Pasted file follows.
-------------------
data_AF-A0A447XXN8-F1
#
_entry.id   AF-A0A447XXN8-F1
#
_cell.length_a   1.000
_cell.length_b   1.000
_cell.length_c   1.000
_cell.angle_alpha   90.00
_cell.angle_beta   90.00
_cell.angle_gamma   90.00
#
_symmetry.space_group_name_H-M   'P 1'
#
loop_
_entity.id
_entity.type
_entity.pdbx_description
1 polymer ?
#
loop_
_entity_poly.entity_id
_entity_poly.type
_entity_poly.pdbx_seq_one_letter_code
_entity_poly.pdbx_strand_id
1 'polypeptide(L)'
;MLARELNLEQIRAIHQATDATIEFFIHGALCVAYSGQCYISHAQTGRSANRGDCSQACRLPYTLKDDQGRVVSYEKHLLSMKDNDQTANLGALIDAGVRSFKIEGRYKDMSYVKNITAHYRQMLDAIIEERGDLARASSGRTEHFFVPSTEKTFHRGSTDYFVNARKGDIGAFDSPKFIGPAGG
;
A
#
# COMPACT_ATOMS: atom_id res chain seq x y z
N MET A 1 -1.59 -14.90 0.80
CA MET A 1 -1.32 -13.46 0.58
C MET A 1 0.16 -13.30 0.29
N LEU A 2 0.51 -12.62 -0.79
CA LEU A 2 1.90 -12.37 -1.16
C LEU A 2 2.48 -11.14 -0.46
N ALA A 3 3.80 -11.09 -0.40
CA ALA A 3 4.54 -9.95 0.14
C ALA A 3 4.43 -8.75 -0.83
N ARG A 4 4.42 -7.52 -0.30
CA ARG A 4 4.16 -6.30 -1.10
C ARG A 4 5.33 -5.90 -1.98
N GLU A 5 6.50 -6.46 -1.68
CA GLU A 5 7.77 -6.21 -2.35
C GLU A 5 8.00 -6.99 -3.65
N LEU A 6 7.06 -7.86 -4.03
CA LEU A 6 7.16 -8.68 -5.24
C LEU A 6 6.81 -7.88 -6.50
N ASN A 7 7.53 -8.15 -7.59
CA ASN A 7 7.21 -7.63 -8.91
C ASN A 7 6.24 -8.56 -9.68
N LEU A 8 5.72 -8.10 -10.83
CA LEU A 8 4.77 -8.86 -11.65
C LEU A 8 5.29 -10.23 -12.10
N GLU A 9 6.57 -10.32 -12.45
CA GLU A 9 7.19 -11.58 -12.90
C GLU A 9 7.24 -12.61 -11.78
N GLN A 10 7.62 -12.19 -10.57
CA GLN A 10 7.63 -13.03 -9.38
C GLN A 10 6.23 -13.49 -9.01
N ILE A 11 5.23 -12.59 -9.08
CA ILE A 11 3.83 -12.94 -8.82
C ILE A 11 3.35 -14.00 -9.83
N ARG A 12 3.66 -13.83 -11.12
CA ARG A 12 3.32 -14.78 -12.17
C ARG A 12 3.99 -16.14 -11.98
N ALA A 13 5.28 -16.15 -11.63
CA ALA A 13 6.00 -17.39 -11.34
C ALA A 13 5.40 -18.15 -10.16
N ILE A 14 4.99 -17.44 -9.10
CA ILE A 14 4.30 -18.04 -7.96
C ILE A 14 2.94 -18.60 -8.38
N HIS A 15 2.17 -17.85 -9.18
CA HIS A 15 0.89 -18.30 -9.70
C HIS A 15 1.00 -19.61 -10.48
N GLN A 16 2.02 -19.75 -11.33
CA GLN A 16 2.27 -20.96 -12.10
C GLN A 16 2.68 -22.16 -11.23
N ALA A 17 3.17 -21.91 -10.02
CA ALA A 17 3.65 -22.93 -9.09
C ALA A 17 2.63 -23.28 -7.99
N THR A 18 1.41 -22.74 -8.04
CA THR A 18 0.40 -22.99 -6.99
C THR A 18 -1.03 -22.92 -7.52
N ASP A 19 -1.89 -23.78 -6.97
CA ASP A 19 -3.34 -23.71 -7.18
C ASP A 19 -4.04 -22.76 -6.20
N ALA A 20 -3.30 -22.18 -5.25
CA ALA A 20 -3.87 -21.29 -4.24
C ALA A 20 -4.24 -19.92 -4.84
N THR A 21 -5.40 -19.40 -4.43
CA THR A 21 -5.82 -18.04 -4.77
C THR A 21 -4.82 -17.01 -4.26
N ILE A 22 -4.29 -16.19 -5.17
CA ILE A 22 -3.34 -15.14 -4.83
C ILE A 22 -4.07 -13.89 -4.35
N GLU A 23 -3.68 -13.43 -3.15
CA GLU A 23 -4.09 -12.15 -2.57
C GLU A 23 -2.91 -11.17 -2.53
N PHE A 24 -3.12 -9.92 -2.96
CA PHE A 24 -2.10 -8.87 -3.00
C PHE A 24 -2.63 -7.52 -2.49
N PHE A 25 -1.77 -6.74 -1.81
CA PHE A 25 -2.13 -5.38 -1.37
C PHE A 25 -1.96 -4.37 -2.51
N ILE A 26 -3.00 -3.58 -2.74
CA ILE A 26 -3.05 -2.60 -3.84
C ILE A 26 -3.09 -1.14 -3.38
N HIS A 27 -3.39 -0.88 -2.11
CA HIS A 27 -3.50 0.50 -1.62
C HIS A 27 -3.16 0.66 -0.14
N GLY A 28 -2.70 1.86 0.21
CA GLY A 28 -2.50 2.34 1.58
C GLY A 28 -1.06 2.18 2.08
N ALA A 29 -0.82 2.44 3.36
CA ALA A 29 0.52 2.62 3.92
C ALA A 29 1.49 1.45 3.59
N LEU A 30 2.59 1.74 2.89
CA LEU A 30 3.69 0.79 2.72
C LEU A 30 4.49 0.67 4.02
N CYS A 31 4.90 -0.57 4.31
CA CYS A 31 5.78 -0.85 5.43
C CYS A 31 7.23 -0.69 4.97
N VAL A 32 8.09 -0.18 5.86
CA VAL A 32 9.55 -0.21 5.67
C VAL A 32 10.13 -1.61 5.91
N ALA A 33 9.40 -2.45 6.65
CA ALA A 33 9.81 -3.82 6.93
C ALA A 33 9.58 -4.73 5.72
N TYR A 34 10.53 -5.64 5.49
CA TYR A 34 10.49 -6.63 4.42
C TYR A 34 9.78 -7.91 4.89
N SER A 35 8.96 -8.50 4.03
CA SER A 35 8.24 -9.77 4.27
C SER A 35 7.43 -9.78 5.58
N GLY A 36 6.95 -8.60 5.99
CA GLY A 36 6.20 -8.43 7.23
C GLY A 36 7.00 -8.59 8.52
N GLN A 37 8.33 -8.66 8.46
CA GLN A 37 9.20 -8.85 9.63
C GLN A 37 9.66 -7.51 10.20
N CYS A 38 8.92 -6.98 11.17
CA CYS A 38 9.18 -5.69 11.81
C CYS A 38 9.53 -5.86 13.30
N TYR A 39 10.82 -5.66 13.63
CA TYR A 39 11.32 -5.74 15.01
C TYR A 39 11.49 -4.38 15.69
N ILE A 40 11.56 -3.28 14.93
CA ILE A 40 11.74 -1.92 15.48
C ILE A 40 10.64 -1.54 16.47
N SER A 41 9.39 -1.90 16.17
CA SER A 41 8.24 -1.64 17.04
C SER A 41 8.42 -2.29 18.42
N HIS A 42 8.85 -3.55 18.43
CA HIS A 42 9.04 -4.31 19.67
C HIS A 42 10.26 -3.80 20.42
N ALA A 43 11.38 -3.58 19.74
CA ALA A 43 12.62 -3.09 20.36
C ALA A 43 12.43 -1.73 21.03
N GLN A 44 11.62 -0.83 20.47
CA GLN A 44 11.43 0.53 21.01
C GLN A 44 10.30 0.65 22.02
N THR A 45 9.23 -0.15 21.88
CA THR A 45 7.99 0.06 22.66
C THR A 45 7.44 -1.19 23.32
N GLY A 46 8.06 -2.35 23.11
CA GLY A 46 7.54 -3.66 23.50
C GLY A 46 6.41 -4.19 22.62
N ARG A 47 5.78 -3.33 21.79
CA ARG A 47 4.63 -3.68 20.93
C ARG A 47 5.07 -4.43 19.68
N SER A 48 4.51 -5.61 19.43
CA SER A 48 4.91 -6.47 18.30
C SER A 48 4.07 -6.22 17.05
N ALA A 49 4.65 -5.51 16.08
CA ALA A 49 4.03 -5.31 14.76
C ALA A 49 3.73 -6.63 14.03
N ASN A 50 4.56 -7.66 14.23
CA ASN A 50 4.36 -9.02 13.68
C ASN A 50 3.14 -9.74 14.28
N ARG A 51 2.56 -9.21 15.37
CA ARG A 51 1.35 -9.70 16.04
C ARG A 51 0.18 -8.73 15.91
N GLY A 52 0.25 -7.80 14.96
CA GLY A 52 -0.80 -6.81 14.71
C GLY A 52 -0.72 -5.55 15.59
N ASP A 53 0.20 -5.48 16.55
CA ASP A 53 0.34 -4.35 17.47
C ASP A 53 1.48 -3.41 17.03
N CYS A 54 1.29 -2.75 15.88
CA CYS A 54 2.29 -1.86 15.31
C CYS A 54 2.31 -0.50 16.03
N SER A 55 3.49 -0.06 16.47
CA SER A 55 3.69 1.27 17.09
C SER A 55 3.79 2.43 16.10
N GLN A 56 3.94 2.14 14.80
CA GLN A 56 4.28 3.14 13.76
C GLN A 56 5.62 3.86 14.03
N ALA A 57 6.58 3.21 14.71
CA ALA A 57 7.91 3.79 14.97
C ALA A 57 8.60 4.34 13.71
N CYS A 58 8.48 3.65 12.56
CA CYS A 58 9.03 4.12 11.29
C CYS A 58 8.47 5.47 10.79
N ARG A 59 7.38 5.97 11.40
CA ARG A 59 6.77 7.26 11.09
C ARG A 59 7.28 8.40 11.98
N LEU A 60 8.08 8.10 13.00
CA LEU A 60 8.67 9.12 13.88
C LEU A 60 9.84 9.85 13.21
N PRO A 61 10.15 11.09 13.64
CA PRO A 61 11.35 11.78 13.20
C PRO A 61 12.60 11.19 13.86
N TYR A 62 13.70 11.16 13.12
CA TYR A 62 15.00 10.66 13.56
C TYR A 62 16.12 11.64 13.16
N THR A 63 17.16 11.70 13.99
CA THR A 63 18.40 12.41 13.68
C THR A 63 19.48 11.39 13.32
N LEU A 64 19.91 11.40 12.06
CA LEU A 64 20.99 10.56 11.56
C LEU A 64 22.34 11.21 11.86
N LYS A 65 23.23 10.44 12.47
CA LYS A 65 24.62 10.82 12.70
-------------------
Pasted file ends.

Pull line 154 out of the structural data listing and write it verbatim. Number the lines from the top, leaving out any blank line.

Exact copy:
N HIS A 42 8.85 -3.55 18.43